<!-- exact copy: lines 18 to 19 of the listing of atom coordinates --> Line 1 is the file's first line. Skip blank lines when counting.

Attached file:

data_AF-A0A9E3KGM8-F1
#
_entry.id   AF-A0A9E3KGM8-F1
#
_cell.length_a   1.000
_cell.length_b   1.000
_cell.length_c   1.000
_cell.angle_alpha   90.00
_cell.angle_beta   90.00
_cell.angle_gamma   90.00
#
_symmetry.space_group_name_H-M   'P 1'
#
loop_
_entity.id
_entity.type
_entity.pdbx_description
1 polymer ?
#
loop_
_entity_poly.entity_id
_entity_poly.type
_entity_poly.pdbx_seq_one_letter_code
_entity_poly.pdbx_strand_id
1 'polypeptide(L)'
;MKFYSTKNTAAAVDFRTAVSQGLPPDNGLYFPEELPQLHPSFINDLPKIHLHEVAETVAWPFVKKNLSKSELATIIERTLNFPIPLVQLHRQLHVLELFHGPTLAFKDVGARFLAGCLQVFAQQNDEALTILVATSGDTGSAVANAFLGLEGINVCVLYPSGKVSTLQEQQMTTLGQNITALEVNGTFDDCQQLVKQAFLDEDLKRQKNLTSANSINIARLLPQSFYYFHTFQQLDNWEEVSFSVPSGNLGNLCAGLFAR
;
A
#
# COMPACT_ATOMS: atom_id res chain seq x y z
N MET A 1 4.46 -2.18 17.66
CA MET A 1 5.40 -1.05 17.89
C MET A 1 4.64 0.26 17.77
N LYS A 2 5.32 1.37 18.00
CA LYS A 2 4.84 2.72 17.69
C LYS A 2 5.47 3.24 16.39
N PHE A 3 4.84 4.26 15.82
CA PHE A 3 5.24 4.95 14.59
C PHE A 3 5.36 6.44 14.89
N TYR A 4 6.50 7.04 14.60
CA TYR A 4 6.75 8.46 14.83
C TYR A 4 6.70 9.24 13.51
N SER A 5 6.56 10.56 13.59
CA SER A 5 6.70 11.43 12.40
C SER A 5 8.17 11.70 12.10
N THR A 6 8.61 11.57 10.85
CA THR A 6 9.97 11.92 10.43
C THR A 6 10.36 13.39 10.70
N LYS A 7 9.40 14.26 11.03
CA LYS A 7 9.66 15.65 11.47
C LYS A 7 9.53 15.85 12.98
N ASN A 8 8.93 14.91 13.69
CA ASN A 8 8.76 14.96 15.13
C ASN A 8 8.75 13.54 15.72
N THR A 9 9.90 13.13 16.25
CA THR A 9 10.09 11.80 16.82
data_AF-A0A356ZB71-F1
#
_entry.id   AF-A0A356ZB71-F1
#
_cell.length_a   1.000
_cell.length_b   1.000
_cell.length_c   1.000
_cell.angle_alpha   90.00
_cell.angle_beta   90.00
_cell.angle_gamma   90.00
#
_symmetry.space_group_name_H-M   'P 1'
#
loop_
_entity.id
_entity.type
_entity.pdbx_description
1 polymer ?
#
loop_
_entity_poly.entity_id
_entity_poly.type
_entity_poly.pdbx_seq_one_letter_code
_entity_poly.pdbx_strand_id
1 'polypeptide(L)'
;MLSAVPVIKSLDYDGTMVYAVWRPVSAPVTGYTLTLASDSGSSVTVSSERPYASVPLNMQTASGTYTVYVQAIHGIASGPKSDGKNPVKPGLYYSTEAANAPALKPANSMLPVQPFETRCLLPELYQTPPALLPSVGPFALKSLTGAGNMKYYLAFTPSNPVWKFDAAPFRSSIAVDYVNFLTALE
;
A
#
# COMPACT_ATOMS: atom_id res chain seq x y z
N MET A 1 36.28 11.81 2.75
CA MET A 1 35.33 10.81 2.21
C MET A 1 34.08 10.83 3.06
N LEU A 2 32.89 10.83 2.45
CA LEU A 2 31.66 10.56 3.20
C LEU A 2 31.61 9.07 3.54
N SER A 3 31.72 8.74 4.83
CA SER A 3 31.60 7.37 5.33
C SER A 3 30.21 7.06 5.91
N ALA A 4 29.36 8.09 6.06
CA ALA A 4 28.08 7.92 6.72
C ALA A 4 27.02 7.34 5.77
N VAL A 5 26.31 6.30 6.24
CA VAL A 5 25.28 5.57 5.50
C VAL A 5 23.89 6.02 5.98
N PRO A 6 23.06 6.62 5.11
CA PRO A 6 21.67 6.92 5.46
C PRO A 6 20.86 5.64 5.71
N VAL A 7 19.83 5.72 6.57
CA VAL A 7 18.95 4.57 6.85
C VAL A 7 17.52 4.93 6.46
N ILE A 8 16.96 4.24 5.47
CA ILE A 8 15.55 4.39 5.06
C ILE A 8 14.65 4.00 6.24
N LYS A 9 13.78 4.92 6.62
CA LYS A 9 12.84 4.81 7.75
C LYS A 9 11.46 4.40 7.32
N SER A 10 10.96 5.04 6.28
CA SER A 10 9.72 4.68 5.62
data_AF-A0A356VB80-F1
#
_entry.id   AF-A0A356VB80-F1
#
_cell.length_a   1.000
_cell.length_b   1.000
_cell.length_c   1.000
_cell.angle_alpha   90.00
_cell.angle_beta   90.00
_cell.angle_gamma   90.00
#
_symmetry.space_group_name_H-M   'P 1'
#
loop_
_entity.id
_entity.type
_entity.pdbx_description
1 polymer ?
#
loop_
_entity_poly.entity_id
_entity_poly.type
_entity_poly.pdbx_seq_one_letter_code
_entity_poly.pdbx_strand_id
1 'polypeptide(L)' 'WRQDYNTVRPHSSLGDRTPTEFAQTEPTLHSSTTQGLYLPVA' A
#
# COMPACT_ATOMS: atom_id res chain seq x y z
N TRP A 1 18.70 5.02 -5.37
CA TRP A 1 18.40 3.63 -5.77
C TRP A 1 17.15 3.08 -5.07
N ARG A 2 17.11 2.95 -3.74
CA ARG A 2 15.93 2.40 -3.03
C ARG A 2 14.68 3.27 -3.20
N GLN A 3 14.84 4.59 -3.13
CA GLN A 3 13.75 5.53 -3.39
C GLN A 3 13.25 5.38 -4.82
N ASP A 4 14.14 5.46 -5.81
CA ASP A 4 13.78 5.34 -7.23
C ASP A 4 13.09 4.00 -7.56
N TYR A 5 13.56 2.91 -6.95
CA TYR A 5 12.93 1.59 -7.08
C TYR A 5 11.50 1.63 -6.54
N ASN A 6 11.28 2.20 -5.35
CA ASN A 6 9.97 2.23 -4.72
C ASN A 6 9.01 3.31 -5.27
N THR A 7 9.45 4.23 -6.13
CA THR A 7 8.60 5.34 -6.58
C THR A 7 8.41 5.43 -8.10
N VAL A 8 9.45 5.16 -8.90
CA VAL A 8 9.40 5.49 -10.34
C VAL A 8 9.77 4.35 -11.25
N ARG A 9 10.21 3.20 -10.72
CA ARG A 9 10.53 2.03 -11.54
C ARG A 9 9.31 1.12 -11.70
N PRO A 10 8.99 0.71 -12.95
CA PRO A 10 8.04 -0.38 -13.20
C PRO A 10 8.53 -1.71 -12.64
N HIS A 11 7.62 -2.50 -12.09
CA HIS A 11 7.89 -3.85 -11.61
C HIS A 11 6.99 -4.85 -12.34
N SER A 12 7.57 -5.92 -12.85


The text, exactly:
1 polymer ?
#